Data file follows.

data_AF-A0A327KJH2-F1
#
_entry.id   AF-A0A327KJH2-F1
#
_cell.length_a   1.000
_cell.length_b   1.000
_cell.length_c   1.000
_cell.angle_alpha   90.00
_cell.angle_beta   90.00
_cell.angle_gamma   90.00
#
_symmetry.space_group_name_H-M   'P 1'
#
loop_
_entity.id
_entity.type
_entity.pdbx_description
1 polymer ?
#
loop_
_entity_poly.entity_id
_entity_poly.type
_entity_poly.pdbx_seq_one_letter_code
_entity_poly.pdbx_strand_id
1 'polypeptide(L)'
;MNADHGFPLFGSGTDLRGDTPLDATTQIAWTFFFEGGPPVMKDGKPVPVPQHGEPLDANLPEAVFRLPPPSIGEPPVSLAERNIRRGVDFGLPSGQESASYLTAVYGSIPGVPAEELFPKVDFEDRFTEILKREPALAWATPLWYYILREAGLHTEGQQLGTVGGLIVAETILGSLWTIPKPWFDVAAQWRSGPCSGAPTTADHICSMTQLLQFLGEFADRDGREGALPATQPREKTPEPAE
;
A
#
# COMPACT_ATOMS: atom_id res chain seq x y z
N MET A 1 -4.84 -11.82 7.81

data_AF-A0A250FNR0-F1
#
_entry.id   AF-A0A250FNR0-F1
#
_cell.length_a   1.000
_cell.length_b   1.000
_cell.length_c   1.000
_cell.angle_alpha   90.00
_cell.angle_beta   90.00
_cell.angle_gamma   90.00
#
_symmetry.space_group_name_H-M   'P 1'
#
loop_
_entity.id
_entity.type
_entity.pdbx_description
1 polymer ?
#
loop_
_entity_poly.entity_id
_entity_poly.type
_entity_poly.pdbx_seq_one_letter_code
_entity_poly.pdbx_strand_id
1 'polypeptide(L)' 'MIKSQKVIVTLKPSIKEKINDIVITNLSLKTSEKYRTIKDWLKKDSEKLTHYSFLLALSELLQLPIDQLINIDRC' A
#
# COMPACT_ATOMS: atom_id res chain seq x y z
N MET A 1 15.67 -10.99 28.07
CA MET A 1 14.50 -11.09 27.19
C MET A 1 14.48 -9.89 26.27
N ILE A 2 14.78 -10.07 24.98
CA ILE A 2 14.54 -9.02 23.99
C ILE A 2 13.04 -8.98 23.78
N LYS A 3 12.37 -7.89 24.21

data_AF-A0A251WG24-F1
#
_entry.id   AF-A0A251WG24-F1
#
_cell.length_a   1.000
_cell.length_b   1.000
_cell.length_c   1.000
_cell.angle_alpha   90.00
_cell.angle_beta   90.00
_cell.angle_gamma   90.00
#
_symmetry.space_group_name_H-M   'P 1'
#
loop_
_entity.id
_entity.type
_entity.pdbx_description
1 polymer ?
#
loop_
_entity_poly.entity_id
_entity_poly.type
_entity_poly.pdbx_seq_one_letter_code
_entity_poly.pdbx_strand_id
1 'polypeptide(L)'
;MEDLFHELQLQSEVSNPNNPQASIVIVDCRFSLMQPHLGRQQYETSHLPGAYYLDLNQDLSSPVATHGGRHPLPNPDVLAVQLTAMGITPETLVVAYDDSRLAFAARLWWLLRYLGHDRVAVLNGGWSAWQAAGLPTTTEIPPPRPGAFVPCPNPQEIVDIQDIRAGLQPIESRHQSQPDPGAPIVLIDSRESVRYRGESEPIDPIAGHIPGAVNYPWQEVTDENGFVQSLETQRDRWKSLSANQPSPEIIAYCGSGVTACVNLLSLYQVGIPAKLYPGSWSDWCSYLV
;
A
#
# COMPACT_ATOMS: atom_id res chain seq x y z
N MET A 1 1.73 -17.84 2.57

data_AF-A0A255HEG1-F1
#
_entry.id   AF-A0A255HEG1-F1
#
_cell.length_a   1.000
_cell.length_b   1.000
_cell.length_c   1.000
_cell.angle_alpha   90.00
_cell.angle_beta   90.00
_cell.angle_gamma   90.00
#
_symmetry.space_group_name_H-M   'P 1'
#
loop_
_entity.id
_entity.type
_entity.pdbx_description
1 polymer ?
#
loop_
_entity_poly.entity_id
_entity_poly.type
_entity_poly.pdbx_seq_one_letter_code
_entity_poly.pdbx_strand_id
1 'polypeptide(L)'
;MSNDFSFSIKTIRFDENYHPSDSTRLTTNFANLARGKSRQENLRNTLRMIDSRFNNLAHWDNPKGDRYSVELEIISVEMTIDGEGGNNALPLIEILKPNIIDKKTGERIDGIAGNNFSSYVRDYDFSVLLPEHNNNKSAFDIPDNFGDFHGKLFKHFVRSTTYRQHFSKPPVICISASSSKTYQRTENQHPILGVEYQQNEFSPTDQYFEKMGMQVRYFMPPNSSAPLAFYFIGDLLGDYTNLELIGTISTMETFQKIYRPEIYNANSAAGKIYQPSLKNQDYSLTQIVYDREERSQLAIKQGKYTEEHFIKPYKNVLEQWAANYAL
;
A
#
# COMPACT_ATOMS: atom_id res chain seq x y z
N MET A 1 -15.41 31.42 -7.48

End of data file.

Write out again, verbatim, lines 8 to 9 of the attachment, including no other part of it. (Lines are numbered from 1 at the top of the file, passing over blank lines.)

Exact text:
_cell.angle_alpha   90.00
_cell.angle_beta   90.00